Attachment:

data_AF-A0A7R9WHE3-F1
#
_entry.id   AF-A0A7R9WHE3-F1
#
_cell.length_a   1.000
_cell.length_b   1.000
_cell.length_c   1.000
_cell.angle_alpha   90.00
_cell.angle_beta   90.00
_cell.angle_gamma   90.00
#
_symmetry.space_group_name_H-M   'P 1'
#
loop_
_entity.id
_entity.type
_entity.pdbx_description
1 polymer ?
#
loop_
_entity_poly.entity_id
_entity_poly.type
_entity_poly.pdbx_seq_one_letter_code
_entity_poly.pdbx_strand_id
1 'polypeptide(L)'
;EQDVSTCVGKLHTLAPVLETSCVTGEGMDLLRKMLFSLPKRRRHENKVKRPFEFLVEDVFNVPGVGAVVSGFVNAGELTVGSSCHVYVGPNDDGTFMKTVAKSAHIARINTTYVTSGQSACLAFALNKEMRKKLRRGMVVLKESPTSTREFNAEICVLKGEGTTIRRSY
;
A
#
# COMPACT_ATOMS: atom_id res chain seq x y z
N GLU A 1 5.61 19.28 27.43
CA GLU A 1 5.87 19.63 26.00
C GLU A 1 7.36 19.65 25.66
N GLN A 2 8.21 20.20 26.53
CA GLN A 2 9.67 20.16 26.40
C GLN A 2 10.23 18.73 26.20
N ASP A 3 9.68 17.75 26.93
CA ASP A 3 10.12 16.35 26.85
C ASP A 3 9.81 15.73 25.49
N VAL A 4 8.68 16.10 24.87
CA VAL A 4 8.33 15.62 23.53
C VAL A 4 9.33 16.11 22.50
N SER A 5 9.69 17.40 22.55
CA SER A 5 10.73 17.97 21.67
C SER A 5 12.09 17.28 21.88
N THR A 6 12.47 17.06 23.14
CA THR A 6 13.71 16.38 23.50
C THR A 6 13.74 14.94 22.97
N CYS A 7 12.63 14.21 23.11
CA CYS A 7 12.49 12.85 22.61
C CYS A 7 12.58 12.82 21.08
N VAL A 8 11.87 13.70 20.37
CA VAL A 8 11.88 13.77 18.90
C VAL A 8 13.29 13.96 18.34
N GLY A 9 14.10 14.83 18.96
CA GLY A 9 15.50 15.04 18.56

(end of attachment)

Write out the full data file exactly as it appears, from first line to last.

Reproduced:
data_AF-A0A7R9WHE3-F1
#
_entry.id   AF-A0A7R9WHE3-F1
#
_cell.length_a   1.000
_cell.length_b   1.000
_cell.length_c   1.000
_cell.angle_alpha   90.00
_cell.angle_beta   90.00
_cell.angle_gamma   90.00
#
_symmetry.space_group_name_H-M   'P 1'
#
loop_
_entity.id
_entity.type
_entity.pdbx_description
1 polymer ?
#
loop_
_entity_poly.entity_id
_entity_poly.type
_entity_poly.pdbx_seq_one_letter_code
_entity_poly.pdbx_strand_id
1 'polypeptide(L)'
;EQDVSTCVGKLHTLAPVLETSCVTGEGMDLLRKMLFSLPKRRRHENKVKRPFEFLVEDVFNVPGVGAVVSGFVNAGELTVGSSCHVYVGPNDDGTFMKTVAKSAHIARINTTYVTSGQSACLAFALNKEMRKKLRRGMVVLKESPTSTREFNAEICVLKGEGTTIRRSY
;
A
#
# COMPACT_ATOMS: atom_id res chain seq x y z
N GLU A 1 5.61 19.28 27.43
CA GLU A 1 5.87 19.63 26.00
C GLU A 1 7.36 19.65 25.66
N GLN A 2 8.21 20.20 26.53
CA GLN A 2 9.67 20.16 26.40
C GLN A 2 10.23 18.73 26.20
N ASP A 3 9.68 17.75 26.93
CA ASP A 3 10.12 16.35 26.85
C ASP A 3 9.81 15.73 25.49
N VAL A 4 8.68 16.10 24.87
CA VAL A 4 8.33 15.62 23.53
C VAL A 4 9.33 16.11 22.50
N SER A 5 9.69 17.40 22.55
CA SER A 5 10.73 17.97 21.67
C SER A 5 12.09 17.28 21.88
N THR A 6 12.47 17.06 23.14
CA THR A 6 13.71 16.38 23.50
C THR A 6 13.74 14.94 22.97
N CYS A 7 12.63 14.21 23.11
CA CYS A 7 12.49 12.85 22.61
C CYS A 7 12.58 12.82 21.08
N VAL A 8 11.87 13.70 20.37
CA VAL A 8 11.88 13.77 18.90
C VAL A 8 13.29 13.96 18.34
N GLY A 9 14.10 14.83 18.96
CA GLY A 9 15.50 15.04 18.56